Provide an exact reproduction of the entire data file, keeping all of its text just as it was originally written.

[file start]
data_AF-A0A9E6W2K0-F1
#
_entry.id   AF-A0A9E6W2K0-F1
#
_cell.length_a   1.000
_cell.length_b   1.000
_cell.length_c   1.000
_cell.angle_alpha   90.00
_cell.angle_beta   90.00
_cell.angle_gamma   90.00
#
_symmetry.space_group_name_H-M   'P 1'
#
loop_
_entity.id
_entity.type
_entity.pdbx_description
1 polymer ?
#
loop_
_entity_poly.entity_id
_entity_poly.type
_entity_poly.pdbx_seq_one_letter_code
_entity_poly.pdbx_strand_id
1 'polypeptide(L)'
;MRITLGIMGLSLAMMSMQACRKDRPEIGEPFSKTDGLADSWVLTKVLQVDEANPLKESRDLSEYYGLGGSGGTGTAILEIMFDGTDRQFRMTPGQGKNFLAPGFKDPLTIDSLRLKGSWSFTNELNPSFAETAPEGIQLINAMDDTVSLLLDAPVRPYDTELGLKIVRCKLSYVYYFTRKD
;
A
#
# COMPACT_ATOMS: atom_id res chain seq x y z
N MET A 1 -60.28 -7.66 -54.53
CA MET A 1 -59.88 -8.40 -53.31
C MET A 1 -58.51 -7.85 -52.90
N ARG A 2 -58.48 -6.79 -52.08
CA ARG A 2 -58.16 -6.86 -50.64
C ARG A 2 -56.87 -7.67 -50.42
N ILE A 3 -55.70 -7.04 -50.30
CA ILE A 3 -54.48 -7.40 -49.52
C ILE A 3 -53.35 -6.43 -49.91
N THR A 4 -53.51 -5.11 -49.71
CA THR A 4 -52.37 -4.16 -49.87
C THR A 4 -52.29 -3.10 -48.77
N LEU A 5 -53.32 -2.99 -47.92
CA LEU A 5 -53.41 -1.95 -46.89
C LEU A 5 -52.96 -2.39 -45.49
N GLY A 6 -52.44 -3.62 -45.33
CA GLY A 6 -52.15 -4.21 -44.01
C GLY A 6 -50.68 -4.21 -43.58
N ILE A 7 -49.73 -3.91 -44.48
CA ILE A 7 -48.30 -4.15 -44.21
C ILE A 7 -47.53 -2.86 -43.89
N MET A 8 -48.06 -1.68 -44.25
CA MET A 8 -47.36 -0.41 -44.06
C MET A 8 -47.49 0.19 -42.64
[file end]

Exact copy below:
data_AF-A0A9E6W2K0-F1
#
_entry.id   AF-A0A9E6W2K0-F1
#
_cell.length_a   1.000
_cell.length_b   1.000
_cell.length_c   1.000
_cell.angle_alpha   90.00
_cell.angle_beta   90.00
_cell.angle_gamma   90.00
#
_symmetry.space_group_name_H-M   'P 1'
#
loop_
_entity.id
_entity.type
_entity.pdbx_description
1 polymer ?
#
loop_
_entity_poly.entity_id
_entity_poly.type
_entity_poly.pdbx_seq_one_letter_code
_entity_poly.pdbx_strand_id
1 'polypeptide(L)'
;MRITLGIMGLSLAMMSMQACRKDRPEIGEPFSKTDGLADSWVLTKVLQVDEANPLKESRDLSEYYGLGGSGGTGTAILEIMFDGTDRQFRMTPGQGKNFLAPGFKDPLTIDSLRLKGSWSFTNELNPSFAETAPEGIQLINAMDDTVSLLLDAPVRPYDTELGLKIVRCKLSYVYYFTRKD
;
A
#
# COMPACT_ATOMS: atom_id res chain seq x y z
N MET A 1 -60.28 -7.66 -54.53
CA MET A 1 -59.88 -8.40 -53.31
C MET A 1 -58.51 -7.85 -52.90
N ARG A 2 -58.48 -6.79 -52.08
CA ARG A 2 -58.16 -6.86 -50.64
C ARG A 2 -56.87 -7.67 -50.42
N ILE A 3 -55.70 -7.04 -50.30
CA ILE A 3 -54.48 -7.40 -49.52
C ILE A 3 -53.35 -6.43 -49.91
N THR A 4 -53.51 -5.11 -49.71
CA THR A 4 -52.37 -4.16 -49.87
C THR A 4 -52.29 -3.10 -48.77
N LEU A 5 -53.32 -2.99 -47.92
CA LEU A 5 -53.41 -1.95 -46.89
C LEU A 5 -52.96 -2.39 -45.49
N GLY A 6 -52.44 -3.62 -45.33
CA GLY A 6 -52.15 -4.21 -44.01
C GLY A 6 -50.68 -4.21 -43.58
N ILE A 7 -49.73 -3.91 -44.48
CA ILE A 7 -48.30 -4.15 -44.21
C ILE A 7 -47.53 -2.86 -43.89
N MET A 8 -48.06 -1.68 -44.25
CA MET A 8 -47.36 -0.41 -44.06
C MET A 8 -47.49 0.19 -42.64